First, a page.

A Tour of Scotland
It was over a few amber elixirs with my friend Margaret Swaine that the idea for our Highland fling was born. I should explain that Margaret, an expert on all things distilled and fermented, makes her living writing and opining on wine and spirits. She was keen to do Scotland’s fabled Malt Whisky Trail. I’m a golf fanatic. I took up the game years ago after a lecture where Professor David Foot, who wrote about boomers in Boom, Bust & Echo, extolled the virtures of the sport for our generation. So we thirsty travellers headed for the Highlands. Upon arrival, we drove north from Glasgow, past Inverness, over the Moray Firth and arrived at the Royal Burgh of Dornoch in the late afternoon.
Margaret reserved a tour at Glenmorangie Distillery near Dornoch, where I gleaned the basics of whisky making – and tips on drinking it, too. (Adding just a wee nip of water, for example, enhances the flavour.) The tour ended with a taste of the company’s 10-year-old malt, The Original, in which Margaret detected a nose of luscious fruit and vanilla.
In Speyside, Margaret was on a mission to get to the Quaich Bar at the Craigellachie Hotel to sample some of the roughly 700 single malts arranged in alphabetical order on shelves around its snug walls. Prices for a dram (25 ml) range from ‘2.35 for a 10-year-old Aberlour to ‘275 for a rare Black Bowmore that is no longer made. For a Scotch aficionado, the Quaich is amber heaven.
Further south, on the Glenlivet tour, our guide informed us that Dean Martin, Frank Sinatra and Charles Dickens were all partial to the brand. After viewing the various interactive displays and stills, we were invited to a tasting culminating in a 25-year-old vintage. ‘It’s the Sean Connery of whiskies,’ our guide remarked while swirling the nectar in his glass, ‘mature, sexy, rich and debonair.’
The Nature of the Beast
Royal Dornoch is said to be the third-oldest golf course in Scotland. After golf journo Lorne Rubenstein’s glowing accounts, and noting that Golf Magazine ranked it 18th in the world, I had high expectations. Usually such lofty hopes meet with disappointment, but not on this masterpiece conceived by designer Old Tom Morris. If ever a golf course felt like the ultimate, natural collaboration with Mother Nature, this was it. From the elevated third tee, a majestic vista unfolds of seemingly limitless sea, dunes and linksland. The lull of the North Sea and the choir of the shorebirds give one a sense of calm. By the time we hit the eighth hole, we were almost on the beach and in golf nirvana. If I’d spotted a little old Scot in a red coat hitting a feathery, it wouldn’t have surprised me.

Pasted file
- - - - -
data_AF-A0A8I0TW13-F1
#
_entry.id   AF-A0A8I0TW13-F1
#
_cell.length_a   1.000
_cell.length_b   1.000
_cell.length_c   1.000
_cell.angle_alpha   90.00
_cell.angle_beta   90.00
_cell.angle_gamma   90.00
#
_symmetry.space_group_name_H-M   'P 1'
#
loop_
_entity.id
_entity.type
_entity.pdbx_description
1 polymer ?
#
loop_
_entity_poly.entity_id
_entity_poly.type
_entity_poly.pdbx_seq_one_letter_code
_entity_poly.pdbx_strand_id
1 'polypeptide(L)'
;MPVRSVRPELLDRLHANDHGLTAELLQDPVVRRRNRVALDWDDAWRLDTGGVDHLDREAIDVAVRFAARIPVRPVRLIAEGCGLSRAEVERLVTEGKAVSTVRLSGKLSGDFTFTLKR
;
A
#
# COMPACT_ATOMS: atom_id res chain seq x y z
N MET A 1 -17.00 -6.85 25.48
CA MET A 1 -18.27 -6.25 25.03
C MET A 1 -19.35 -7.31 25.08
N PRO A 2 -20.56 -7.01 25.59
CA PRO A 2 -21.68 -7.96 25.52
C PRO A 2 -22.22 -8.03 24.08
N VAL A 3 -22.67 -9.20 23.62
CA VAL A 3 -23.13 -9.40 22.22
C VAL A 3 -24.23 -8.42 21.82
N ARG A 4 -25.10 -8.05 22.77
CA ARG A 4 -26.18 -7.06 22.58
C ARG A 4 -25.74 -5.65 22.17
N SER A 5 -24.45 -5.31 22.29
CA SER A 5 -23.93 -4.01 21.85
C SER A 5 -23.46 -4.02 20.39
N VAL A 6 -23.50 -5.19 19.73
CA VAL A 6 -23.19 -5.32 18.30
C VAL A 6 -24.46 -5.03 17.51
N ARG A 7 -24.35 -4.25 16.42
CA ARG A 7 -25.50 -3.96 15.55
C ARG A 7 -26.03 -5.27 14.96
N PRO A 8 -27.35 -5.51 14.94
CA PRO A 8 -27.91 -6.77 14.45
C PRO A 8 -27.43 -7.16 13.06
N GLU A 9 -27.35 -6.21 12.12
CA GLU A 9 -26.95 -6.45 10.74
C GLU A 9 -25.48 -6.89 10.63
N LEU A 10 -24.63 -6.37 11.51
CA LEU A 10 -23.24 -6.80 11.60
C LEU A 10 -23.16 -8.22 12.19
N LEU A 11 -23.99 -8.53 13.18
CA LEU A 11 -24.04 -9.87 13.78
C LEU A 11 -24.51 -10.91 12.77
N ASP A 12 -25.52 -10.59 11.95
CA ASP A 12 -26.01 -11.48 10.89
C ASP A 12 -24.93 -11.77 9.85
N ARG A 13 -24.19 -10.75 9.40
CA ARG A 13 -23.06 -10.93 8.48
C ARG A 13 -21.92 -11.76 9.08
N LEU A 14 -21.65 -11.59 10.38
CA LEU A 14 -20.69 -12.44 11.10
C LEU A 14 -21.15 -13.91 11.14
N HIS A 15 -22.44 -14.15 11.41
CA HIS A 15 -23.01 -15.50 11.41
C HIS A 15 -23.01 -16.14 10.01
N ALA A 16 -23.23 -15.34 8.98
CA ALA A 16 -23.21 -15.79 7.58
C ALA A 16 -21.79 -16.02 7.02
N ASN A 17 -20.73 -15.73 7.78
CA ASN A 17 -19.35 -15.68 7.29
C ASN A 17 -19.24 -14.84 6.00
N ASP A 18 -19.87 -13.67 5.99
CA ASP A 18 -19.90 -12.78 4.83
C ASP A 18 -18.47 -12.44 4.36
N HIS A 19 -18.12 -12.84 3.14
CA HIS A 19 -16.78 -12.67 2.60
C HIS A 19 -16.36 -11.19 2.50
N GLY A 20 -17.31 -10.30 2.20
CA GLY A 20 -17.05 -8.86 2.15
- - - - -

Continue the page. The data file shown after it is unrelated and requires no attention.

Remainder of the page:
A Hole in One
After Dornoch, Nairn and Tain, Cruden Bay Golf Club, just north of Aberdeen, certainly provided a grand finale. From the height of the parking lot, we looked out over one of the most awe-inspiring stretches of linksland ever dedicated to the game. Against a backdrop of North Sea whitecaps, the dunes rise to 18 metres, their shaggy slopes covered in golden fescue. Beyond the first fairway, the ruins of the 16th-century Slains Castle dot the beach. We’ll never forget the intriguing eighth, ninth and 10th fairways. Massive bowl-shaped dunes frame the green on eight, creating an optical illusion that the pin is closer than it is. From the 10th tee, the panorama is breathtaking, with sea and farmland stretching into the horizon and the fairway beneath your feet. A winding burn, crossed by two bridges, protects the green. As James Finegan writes in Where Golf is Great, ‘This is links golf to dote on.’
Where to Stay
Dornoch Castle Hotel: Said to be haunted, the hotel’s Cathedral View room holds the distinction of housing its toilet in the castle’s 15th-century turret. More recently, in 2007, the hotel’s master of the kitchen at the time, Grant McNicol, won the Young Chef of the Year award from the Scottish Chefs Association.
Craigellachie Hotel: After experiencing the hotel’s Quaich Bar, walk it off with a stroll through Speyside. Looking for local lore? Head to The Fiddichside Inn, where nothing has changed since the 1950s. Sepia photos of salmon fishermen and illicit distillers cover the walls of this tiny one-room bar where the 80-something owner, Dorothy, recalls the good old days.
Minmore House Hotel: Jack Russell terriers Bella and Jock hold court in this quintessential Scottish country house. Each of the 10 rooms is named after a Glenlivet single malt, and amenities include miniature bottles of Glenlivet to tide one over until dinner. Also try the lavish afternoon tea and a hike on one of the area’s Smugglers’ Trails.
Visit Scotland’s Malt Whisky Trail website to help you plan a tour of the only malt whisky trail in the world, covering more than half of Scotland’s malt whisky distilleries. Also check out High Road Golf Expeditions to arrange a customized tour of the Scottish and Irish links.